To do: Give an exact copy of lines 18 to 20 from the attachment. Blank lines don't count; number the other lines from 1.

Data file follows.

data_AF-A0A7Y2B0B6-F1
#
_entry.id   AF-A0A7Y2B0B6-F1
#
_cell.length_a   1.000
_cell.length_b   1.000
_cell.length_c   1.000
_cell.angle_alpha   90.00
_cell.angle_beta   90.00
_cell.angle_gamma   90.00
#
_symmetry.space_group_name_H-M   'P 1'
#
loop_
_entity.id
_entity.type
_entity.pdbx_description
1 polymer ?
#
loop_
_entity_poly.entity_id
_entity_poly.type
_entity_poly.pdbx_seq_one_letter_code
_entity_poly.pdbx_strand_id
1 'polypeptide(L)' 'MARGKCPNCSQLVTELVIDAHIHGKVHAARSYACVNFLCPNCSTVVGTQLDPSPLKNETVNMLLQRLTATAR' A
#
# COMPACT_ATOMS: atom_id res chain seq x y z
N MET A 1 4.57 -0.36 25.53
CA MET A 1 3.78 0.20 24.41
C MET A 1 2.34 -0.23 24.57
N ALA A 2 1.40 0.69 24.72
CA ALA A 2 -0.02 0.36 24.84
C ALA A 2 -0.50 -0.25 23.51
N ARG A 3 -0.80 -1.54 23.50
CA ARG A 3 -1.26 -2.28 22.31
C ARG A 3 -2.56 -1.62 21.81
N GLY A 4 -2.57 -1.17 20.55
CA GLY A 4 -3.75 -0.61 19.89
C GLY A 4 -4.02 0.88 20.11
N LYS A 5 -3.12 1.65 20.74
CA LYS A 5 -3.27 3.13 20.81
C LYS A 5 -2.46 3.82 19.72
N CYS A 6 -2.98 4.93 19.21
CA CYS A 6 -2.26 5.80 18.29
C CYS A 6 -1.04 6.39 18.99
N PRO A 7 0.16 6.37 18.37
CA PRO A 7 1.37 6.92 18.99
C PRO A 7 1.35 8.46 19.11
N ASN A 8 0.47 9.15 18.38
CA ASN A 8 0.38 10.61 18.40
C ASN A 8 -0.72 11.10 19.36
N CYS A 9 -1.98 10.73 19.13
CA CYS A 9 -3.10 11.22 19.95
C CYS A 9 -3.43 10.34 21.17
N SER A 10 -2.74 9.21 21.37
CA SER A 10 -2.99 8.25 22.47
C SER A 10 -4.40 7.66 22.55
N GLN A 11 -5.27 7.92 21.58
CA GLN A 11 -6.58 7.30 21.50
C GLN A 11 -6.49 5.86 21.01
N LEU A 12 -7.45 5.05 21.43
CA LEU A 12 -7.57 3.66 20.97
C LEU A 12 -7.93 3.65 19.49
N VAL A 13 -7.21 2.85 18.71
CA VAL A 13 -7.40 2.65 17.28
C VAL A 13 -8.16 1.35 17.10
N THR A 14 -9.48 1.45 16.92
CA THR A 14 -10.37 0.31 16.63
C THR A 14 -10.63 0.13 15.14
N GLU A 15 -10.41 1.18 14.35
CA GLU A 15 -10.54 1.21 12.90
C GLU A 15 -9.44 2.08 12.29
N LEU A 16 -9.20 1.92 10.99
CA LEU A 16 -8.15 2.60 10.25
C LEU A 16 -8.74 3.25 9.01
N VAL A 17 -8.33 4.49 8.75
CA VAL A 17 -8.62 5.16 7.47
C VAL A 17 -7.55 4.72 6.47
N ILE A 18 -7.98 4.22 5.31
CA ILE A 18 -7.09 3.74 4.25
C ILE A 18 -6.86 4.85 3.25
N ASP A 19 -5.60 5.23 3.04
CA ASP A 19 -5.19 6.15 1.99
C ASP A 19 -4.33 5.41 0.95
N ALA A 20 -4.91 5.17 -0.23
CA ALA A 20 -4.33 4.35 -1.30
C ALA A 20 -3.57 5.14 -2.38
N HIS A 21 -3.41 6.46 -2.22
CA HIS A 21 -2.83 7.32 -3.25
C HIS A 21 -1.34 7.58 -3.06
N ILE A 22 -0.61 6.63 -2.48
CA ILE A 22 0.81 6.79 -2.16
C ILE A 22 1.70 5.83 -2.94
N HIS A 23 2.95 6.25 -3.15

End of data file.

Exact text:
1 polymer ?
#
loop_